Radiographic features of pneumonitis in patients treated with immunotherapy compared to traditional chemotherapy for non-small cell lung cancer


      • Here we present the first analysis of radiographic findings of IRAE pneumonitis versus pneumonitis caused by chemotherapy
      • Immunotherapy was associated pulmonary nodules and the number of immunotherapy agents correlated with incidence of pulmonary nodules
      • Features of IRAE pneumonitis improved over time while those of chemotherapy pneumonitis worsened



      Pneumonitis has been described as a side effect of immunotherapy as well as traditional chemotherapy. Although immune-related adverse event (IRAE) pneumonitis has been extensively characterized, the relationship between IRAE pneumonitis and pneumonitis secondary to chemotherapy is less clear. Here, we present the first analysis of radiographic features of pneumonitis secondary to immunotherapy compared to chemotherapy.


      Using our radiology records system, we searched chest computed tomography (CT) reports for the term “pneumonitis”. We evaluated medical records to establish chronicity of pneumonitis occurring after medication administration and excluded cases where radiation therapy appeared to be the cause of pneumonitis. We also obtained information regarding demographic, clinical, and treatment characteristics for comparison.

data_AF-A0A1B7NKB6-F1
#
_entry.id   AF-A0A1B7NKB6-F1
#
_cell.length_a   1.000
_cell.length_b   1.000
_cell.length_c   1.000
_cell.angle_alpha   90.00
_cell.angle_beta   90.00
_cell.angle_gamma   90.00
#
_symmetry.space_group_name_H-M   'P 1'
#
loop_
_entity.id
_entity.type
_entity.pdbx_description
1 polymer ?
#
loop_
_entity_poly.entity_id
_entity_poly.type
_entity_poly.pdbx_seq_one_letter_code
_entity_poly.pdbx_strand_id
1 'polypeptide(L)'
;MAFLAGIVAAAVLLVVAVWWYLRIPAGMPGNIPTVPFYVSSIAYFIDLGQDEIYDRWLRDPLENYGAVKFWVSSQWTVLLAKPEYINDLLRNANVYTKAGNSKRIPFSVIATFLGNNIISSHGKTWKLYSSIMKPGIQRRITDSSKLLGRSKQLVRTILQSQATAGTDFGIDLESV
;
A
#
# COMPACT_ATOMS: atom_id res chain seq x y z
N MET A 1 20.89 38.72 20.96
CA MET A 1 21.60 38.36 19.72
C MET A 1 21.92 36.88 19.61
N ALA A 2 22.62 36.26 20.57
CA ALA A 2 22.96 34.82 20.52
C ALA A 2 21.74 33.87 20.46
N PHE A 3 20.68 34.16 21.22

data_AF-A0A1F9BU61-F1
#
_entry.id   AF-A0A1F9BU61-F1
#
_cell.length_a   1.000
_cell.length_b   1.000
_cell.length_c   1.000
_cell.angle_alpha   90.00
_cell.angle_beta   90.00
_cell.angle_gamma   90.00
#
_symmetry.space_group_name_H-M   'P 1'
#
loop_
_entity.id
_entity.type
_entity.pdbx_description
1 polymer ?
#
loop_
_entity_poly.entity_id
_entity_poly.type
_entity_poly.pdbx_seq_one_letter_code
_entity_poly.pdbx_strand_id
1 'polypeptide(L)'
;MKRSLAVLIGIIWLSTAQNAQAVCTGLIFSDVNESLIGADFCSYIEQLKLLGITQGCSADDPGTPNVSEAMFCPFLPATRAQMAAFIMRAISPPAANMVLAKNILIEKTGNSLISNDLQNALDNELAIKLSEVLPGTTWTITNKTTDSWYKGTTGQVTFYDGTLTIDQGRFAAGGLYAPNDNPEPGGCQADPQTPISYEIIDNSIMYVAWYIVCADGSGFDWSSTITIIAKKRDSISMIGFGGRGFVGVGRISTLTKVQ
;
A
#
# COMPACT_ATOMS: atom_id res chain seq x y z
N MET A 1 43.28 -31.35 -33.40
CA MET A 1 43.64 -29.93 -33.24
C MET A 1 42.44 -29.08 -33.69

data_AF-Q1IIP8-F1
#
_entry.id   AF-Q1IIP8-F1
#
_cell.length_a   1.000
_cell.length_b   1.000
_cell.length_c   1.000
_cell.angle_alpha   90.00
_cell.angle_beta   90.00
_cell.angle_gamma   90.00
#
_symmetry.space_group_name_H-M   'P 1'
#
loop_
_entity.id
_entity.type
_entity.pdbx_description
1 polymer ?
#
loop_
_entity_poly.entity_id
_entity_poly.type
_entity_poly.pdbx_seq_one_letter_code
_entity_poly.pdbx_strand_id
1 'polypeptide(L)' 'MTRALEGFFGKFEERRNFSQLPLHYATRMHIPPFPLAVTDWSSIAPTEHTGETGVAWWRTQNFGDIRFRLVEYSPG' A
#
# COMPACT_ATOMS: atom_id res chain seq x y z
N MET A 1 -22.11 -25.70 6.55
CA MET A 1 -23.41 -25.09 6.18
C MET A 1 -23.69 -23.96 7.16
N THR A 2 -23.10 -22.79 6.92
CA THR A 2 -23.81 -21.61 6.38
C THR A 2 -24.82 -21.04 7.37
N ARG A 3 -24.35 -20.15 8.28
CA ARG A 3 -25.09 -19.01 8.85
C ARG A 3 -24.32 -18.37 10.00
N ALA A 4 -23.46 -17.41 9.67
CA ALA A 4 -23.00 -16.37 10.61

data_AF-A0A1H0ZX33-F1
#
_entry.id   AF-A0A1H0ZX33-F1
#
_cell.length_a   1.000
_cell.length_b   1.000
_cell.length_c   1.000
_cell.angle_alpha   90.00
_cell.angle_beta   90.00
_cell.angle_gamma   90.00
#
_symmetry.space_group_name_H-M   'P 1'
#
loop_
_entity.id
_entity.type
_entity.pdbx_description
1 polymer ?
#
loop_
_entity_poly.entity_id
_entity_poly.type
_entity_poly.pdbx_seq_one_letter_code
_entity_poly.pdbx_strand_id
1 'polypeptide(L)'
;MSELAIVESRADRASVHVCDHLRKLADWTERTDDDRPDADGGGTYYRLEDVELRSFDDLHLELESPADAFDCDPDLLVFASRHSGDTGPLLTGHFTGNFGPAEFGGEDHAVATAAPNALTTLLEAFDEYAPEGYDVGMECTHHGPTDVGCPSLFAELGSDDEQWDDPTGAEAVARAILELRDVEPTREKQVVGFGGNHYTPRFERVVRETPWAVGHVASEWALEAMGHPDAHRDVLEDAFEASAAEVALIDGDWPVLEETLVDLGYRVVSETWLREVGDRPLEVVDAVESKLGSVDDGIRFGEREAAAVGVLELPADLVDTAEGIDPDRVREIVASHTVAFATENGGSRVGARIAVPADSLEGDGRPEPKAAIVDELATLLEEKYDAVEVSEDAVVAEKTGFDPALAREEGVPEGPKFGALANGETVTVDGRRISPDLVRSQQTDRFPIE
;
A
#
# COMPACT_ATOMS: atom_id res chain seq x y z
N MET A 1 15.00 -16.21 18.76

Patients treated with immunotherapy demonstrated more specific features of pneumonitis including consolidation, ground glass opacities, septal thickening, traction bronchiectasis, and pulmonary nodules compared to those treated with chemotherapy. Immunotherapy treatment correlated with the development of pulmonary nodules (p = 0.048), and administration of more than one immunotherapy agent correlated with a greater incidence of development of nodules (p = 0.050). Radiographic features in patients treated with immunotherapy all decreased over time. Conversely, in patients treated with chemotherapy the incidence of ground glass opacities, traction bronchiectasis, pulmonary nodules, and mediastinal/hilar adenopathy increased over time.


      IRAE-pneumonitis has distinct features and a distinct clinical course compared to pneumonitis secondary to chemotherapy. Importantly, IRAE-pneumonitis features decreased over time, suggesting that careful consideration of the benefit-risk ratio may allow for continuation of immunotherapy in some patients who develop pneumonitis.


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